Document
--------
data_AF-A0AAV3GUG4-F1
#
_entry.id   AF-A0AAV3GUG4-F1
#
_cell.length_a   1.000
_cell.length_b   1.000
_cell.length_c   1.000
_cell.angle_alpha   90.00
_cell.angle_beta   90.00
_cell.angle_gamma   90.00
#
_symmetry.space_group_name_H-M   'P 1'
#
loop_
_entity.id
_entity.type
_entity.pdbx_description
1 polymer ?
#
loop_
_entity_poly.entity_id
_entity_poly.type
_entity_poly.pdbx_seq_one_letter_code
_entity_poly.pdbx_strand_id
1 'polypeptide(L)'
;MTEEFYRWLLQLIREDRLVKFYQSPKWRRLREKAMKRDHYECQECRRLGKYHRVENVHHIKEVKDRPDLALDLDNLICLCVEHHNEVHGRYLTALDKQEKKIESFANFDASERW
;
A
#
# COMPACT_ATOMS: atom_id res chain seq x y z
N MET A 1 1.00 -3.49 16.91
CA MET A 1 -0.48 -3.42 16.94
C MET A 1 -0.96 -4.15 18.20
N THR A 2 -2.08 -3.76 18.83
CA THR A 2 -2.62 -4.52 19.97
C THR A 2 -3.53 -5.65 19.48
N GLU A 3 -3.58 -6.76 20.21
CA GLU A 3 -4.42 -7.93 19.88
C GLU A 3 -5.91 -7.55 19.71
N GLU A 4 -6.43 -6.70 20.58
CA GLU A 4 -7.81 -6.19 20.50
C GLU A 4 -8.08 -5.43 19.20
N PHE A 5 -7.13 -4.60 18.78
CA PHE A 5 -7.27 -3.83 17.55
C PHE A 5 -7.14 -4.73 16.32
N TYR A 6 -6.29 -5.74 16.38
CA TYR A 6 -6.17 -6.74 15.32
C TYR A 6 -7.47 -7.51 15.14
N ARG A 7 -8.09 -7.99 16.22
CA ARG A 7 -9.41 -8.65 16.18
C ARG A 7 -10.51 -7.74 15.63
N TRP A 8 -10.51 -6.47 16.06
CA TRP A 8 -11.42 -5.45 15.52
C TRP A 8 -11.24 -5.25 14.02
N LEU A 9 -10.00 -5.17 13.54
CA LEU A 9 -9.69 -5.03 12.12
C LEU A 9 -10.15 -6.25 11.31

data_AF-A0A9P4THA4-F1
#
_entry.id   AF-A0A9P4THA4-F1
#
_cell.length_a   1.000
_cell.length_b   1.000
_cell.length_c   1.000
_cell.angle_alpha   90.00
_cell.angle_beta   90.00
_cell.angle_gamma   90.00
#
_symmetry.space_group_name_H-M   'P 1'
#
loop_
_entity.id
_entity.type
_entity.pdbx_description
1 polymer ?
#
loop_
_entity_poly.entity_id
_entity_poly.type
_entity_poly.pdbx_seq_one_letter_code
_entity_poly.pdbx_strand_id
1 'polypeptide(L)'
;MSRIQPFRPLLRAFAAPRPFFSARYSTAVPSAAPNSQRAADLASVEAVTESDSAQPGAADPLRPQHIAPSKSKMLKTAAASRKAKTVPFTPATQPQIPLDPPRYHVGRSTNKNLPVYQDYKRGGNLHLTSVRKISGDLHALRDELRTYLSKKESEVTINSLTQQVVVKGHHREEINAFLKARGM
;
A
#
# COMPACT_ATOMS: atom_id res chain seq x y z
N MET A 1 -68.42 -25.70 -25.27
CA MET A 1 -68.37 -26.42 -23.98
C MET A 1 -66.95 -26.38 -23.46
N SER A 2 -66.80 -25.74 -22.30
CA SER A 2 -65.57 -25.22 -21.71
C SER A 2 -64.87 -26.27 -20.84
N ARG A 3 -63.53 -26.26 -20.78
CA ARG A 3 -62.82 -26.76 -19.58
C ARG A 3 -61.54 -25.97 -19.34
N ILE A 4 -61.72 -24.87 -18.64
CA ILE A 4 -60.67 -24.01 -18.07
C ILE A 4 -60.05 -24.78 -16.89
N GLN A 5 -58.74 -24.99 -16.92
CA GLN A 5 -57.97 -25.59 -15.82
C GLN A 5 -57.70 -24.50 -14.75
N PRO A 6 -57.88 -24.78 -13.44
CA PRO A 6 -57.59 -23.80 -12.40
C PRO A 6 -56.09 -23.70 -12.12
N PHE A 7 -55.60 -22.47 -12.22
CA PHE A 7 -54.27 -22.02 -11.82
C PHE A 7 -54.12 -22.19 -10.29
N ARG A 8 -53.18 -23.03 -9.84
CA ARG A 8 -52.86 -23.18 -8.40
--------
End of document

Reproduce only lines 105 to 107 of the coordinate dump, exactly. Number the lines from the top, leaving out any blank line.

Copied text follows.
C PRO A 6 -56.09 -23.70 -12.12
N PHE A 7 -55.60 -22.47 -12.22
CA PHE A 7 -54.27 -22.02 -11.82